Monday, December 3, 2012

December 10-12 Long Range Potential Winter Storm (Updated 12/3)

There has been a movement towards a potential winter storm between the 10th and the 12th, and signs are looking good for the Plains and Midwest. Let's get going over the models.

This is the GFS model forecast for the morning of December 11th. As you can see, there will be a good low pressure system in southern Illinois/southern Indiana, with cold air wrapping around behind it. That dashed red line nearest the low pressure system is the rain-snow line. Ignore any other dashed red lines. If we look at the bottom image, we see precipitation forecasts. Any precipitation north of the black line is theoretically snow, and precip to the south is rain. This could end up being a severe weather event as well, depending on the temperature gradient between the warm air and cold air in front and behind the system, respectively.

This is the Canadian CMC model forecast, with the low pressure system now on the Illinois/Wisconsin border. The same rules apply with the black line on the bottom image, and the red dashed rain/snow line on the top image is still closest to the low pressure system in question. The CMC extends the warm sector further north than the GFS, and the track overall is further north. While I do think the extended warm sector is possible, the CMC has been known to forecast ridiculously in the long range, so this could be one of those instances where it's kind of there, but not really (with the track).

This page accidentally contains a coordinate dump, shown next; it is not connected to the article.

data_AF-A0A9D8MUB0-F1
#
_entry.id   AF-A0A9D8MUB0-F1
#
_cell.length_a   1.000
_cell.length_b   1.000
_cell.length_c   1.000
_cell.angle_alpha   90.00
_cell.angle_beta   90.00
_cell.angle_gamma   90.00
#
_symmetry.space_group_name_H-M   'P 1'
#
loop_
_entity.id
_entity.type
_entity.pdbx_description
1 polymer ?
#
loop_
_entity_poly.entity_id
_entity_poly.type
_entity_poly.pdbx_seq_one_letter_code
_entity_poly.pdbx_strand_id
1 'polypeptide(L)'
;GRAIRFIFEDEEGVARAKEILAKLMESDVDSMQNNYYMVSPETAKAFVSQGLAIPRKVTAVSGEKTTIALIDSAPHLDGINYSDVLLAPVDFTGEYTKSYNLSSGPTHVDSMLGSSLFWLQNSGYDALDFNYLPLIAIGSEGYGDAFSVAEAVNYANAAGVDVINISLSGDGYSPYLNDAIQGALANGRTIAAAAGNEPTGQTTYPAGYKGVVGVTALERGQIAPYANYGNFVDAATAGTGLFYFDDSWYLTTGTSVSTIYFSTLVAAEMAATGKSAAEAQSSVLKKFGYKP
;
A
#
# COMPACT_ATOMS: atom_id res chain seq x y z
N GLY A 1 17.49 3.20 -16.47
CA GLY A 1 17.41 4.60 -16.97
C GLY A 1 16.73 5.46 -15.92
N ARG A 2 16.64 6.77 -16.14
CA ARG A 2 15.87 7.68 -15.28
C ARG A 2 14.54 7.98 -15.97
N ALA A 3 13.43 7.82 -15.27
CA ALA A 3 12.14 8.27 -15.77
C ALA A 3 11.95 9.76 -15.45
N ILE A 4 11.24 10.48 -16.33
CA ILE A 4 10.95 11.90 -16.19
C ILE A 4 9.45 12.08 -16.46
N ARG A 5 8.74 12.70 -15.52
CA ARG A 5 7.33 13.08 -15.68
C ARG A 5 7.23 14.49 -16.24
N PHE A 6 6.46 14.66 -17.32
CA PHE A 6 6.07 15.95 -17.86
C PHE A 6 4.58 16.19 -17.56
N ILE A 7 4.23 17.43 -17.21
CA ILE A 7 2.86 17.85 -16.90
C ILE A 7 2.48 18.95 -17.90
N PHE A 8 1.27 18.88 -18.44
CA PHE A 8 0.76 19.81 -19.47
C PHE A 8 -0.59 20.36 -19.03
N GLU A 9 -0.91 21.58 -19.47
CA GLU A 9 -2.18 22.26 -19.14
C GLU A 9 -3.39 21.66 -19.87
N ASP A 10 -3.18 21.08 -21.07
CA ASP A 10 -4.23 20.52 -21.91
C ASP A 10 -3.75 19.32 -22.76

The ECMWF falls into a semi-GFS forecast, with a more eastern track. The warm sector is extended, but not as much as the CMC. The system is also stronger than the CMC model, enhancing my idea that the CMC isn't making its best forecast for this system at this point in time. 

Here's where things get interesting! These are different forecasts from today's 12z GFS Ensemble members, with the top four images being of the 6 hour precipitation and sea level pressure forecasts. The blue line is the rain-snow line. The bottom four lines are snow depth forecasts, and legends for both sets of images are in the middle. The GFS Ensembles shown here are pretty darn aggressive with this system, with one member obliterating central Illinois with over 2 feet of snow! Alas, I do not expect these forecasts to pan out in the slightest. While they should be watched, as some Gulf of Alaska energy should be involved here, do not get your hopes up for 25+ inches of snow.

The models are pretty scattered here, but I think the GFS/ECMWF models have a pretty good idea on this system. The Plains should get snow, and the battleground rain/snow line should stay in the Midwestern regions. Waiting another 48 hours will give us a slightly better idea for this system, and another 72 hours should bring much better clarity.


Serious Intro to Winter Begins New Winter Pattern

The 'Four Corners' pattern is showing up on the GEFS Control run.
Lower height anomalies are shown in darker colors, above normal
height anomalies in warm colors.

A serious introduction to winter looks to kick off a new pattern for the 2nd half of December, as I have previously stated. But the question is, will it stay?

This pattern, which I like to refer to as the 'Four Corners' pattern, is showing up in the next 9-10 days on the GEFS control forecast. Before we get into it, let me break down what the Four Corners pattern is.